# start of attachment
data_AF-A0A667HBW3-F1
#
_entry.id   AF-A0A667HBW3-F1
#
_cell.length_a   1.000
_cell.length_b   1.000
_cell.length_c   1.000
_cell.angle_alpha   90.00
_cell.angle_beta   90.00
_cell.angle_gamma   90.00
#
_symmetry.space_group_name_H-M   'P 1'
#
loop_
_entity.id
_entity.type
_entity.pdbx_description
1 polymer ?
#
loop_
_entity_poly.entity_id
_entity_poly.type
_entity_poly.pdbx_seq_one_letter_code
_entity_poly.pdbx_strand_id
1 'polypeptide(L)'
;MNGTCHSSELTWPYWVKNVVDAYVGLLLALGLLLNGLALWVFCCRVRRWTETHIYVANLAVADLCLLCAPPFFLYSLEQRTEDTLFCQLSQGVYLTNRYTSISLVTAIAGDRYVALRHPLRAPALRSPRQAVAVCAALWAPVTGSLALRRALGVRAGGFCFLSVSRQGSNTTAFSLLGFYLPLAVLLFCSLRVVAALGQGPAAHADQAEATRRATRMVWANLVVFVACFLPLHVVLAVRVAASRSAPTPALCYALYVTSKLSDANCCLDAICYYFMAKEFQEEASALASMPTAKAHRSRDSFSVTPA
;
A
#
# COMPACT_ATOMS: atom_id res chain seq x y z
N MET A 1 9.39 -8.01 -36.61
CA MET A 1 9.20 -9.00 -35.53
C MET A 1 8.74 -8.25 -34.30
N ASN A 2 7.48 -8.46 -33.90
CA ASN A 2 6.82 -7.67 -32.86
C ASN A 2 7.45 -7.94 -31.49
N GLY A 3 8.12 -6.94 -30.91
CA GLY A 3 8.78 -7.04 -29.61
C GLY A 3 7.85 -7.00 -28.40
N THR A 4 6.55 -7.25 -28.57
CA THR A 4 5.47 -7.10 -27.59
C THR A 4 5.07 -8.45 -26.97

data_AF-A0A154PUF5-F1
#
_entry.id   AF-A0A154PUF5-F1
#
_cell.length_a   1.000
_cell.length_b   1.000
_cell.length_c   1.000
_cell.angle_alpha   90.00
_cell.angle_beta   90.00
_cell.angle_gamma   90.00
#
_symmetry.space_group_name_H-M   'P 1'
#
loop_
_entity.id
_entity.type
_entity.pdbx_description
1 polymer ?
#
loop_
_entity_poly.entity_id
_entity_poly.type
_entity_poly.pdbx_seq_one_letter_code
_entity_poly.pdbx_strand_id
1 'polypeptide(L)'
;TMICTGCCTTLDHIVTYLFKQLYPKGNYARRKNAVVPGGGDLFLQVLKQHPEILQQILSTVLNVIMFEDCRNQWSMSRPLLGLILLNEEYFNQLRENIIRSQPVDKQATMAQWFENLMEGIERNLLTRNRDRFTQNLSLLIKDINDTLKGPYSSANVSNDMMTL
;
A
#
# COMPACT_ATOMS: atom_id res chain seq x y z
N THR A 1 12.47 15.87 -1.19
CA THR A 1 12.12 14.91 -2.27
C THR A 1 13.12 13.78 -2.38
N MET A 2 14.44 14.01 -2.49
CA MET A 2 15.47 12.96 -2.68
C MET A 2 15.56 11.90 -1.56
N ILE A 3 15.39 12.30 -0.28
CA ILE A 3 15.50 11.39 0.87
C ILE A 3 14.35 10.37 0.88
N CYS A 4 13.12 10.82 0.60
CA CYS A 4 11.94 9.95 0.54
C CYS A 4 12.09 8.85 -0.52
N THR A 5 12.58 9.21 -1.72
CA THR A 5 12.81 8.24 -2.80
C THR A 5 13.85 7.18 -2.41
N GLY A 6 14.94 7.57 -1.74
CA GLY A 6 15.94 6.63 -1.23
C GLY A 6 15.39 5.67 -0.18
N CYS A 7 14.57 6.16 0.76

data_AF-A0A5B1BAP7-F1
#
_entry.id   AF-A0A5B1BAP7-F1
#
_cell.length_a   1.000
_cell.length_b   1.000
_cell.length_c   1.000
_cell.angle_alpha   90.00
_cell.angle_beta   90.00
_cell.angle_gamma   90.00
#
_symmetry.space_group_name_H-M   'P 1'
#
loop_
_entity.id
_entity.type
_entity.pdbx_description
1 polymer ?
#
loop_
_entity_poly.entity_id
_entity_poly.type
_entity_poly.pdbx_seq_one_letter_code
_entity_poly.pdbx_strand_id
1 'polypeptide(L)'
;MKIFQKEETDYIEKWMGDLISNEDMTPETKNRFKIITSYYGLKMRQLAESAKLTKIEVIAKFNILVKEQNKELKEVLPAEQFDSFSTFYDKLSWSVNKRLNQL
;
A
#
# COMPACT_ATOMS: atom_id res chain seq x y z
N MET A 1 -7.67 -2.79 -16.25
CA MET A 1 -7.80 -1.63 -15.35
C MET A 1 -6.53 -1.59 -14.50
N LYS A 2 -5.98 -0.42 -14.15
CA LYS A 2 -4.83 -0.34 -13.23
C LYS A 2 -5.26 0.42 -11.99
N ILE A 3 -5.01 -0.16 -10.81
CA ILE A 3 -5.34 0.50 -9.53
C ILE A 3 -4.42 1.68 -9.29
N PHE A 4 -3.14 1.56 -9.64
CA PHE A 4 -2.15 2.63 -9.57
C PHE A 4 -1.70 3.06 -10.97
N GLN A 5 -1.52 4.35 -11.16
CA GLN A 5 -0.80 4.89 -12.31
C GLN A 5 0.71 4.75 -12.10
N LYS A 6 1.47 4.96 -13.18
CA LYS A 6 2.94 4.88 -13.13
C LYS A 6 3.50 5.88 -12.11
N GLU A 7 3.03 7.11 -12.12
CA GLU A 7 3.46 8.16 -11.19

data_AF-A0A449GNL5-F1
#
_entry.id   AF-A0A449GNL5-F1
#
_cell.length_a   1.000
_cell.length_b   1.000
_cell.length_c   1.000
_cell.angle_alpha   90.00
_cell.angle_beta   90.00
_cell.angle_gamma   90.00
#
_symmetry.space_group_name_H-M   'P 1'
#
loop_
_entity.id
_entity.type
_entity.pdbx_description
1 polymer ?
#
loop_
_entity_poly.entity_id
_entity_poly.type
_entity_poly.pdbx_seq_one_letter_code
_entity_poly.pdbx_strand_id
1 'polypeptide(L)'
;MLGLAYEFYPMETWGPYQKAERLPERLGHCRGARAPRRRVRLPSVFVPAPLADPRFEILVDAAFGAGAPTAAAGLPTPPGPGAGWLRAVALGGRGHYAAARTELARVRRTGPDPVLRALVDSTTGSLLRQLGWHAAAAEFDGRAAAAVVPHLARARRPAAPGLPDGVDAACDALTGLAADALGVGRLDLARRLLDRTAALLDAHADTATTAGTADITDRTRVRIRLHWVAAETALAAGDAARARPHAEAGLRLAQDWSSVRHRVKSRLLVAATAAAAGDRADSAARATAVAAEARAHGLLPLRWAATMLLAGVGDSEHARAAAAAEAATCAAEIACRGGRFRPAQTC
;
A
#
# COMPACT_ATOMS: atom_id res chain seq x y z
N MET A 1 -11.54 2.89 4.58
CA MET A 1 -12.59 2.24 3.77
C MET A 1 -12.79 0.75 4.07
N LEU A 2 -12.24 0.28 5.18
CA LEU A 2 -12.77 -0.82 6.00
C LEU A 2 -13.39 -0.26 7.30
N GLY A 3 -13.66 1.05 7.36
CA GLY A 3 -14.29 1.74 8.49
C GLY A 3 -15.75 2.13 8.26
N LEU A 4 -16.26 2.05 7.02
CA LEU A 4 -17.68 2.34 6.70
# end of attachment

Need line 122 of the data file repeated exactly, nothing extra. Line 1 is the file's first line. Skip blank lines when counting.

N MET A 1 -7.67 -2.79 -16.25